Patent application title: METHOD OF MAKING CONTROLLED RELEASE FERTILIZER PARTICLES
Stefan Hendrikus Schaafsma (Sittard, NL)
IPC8 Class: AC05G300FI
Class name: Organic material-containing from synthetic material urea and its derivatives
Publication date: 2014-09-18
Patent application number: 20140260469
The invention pertains to a method of making urea-containing particles
wherein with a lower degree of cooling, high mechanical strengths are
obtained. The method comprises the steps of (a) providing a first polymer
10 layer; (b) feeding urea droplets onto said first polymer layer, (c)
cooling the droplets provided on the first polymer layer to a temperature
between 55° C. and 120° C.; (d) applying a second polymer
layer onto the first polymer layer comprising the droplets so as to form
encapsulated urea droplets; and (e) separating the encapsulated urea
1. A method of making urea-containing particles comprising the steps of:
(a) providing a first polymer layer; (b) feeding urea droplets onto said
first polymer layer; (c) cooling the droplets provided on the first
polymer layer to a temperature between 55.degree. C. and 120.degree. C.;
(d) applying a second polymer layer onto the first polymer layer
comprising the droplets so as to form encapsulated urea droplets; and (e)
separating the encapsulated urea droplets.
2. A method according to claim 1, wherein the urea droplets are in the form of a urea melt.
3. A method according to claim 1, wherein the cooling is to a temperature of from 60.degree. C. to 115.degree. C.
4. A method according to claim 3, wherein the cooling is to a temperature of 70.degree. C. to 90.degree. C.
5. A method according to claim 1, wherein the first polymer layer is in planar motion when feeding the urea droplets are applied onto said first polymer layer.
6. A method according to claim 5, wherein said planar motion is in a longitudinal direction.
7. A method according to claim 5, wherein the motion is provided by applying the first polymer layer onto a moving belt.
8. A method according to claim 7, wherein the cooling is provided by cooling the belt.
9. A method according to claim 1, conducted on a Rotoformer.
10. A method according to claim 5, wherein the motion is provided by allowing a film of the first polymer to move over a plate.
11. A method according to claim 10, wherein the cooling is provided by cooling the plate.
12. A method according to claim 1, wherein the first polymer and the second polymer independently are selected from the group consisting of polyethylene, polypropylene, polyester and polyamide.
13. A method according to claim 1, wherein the first and second polymers are the same.
14. Polymer-encapsulated urea particles obtainable by a process according to claim 1.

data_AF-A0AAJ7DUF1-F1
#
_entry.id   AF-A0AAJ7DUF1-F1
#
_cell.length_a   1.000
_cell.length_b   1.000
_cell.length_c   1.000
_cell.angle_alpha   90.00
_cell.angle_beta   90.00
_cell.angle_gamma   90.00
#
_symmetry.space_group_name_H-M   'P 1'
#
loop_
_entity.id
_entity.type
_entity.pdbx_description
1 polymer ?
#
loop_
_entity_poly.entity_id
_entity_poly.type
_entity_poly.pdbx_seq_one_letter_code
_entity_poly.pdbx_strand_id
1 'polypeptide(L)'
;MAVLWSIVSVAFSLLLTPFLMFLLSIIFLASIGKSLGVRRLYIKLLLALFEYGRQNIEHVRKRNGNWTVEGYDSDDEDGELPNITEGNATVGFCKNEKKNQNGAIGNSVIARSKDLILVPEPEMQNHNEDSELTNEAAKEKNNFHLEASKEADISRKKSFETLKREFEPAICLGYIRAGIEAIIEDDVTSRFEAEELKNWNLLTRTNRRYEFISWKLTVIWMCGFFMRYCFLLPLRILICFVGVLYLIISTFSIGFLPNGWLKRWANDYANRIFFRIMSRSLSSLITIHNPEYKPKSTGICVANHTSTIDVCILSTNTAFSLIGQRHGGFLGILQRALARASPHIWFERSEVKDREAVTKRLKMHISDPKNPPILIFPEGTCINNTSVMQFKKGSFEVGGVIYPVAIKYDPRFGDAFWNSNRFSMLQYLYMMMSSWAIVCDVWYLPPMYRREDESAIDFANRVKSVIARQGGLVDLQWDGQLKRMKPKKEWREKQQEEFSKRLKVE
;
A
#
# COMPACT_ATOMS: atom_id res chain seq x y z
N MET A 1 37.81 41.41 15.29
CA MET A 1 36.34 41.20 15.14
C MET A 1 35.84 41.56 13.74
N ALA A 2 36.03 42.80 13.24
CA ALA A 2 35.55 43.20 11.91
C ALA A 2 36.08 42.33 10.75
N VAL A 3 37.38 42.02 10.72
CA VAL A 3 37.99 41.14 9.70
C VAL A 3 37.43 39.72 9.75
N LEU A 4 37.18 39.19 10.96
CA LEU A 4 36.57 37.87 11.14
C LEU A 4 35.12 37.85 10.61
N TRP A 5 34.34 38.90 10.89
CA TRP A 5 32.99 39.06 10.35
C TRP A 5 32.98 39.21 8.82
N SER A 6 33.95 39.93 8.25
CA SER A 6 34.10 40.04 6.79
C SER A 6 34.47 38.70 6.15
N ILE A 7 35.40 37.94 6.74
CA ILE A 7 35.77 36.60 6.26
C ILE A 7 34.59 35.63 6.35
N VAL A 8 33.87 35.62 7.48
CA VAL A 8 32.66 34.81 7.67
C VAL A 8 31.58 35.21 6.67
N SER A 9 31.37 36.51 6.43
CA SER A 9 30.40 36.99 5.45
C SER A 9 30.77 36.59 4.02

15. A method according to claim 3 wherein the cooling is to a temperature of from 65.degree. C. to 100.degree. C.
FIELD OF THE INVENTION
 The invention relates to a method of making urea-containing particles.
BACKGROUND OF THE INVENTION
 A method of making urea-containing particles is known from U.S. Pat. No. 7,700,012. Therein the urea comprising particles are produced in a pelletizer comprising a feeding device, a belt and a device to remove the formed pellets from the belt, by feeding a urea comprising liquid to the feeding device from which droplets of the urea comprising liquid are dosed to the belt. Thereon the urea comprising droplets solidify and cool to a temperature which is required to be 55° C. or lower, after which the formed urea comprising particles are removed from the belt. The cooling to below 55° C. is taught to be essential in order to obtain the necessary mechanical strength to handle the particles and to prevent abrasion and dust formation. Although this is significantly below the melting temperature of urea (around 132° C.), above 55° C. the granulate does not have enough strength, is more sticky and generates dust. The stickiness leads to fouling of the equipment and consequently lower on stream times. This temperature requirement leads in practice to very large and costly equipment due to the required residence time on the belt and at the same time restricts the size of the droplets to be formed. Alternatively it leads to the need for a very low temperature cooling medium, e.g. liquid nitrogen, which adds to operating cost.
 Another reference relating to particles comprising urea is U.S. Pat. No. 7,931,729. The latter reference does not address mechanical strength of urea-comprising particles. Rather, it addresses an issue related to the use of urea as a fertilizer, by providing controlled release fertilizer particles in the form of polymer-encapsulated fertilizer, such as urea. To this end, the fertilizer is deposited onto a first polymer film and then covered by a second polymer film to encapsulate the fertilizer between the first polymer film and the second polymer film. The method can be carried out on a rotoformer, which is a device with a moving belt, a feeding device, feeding droplets onto the belt, wherein the belt is cooled. The cooling of the fertilizer droplets is disclosed to be to room temperature, i.e. as is convention in accordance with U.S. Pat. No. 7,700,012. The cooling of the fertilizer makes it easier to cut apart the encapsulated fertilizer droplets.
 It would be desired to provide urea-containing particles that have a mechanical strength, and absence of dust formation, at least at about the level of the particles formed by cooling in U.S. Pat. No. 7,700,012. Yet, it would be desired to be able to avoid the aforementioned drawbacks of the cooling as disclosed.
SUMMARY OF THE INVENTION
 In order to better address the foregoing desires the invention, in one aspect, provides a method of making urea-containing particles comprising the steps of (a) providing a first polymer layer; (b) feeding urea droplets onto said first polymer layer, (c) cooling the droplets provided on the first polymer layer to a temperature between 55° C. and 120° C.; (d) applying a second polymer layer onto the first polymer layer comprising the droplets so as to form encapsulated urea droplets; and (e) separating the encapsulated urea droplets.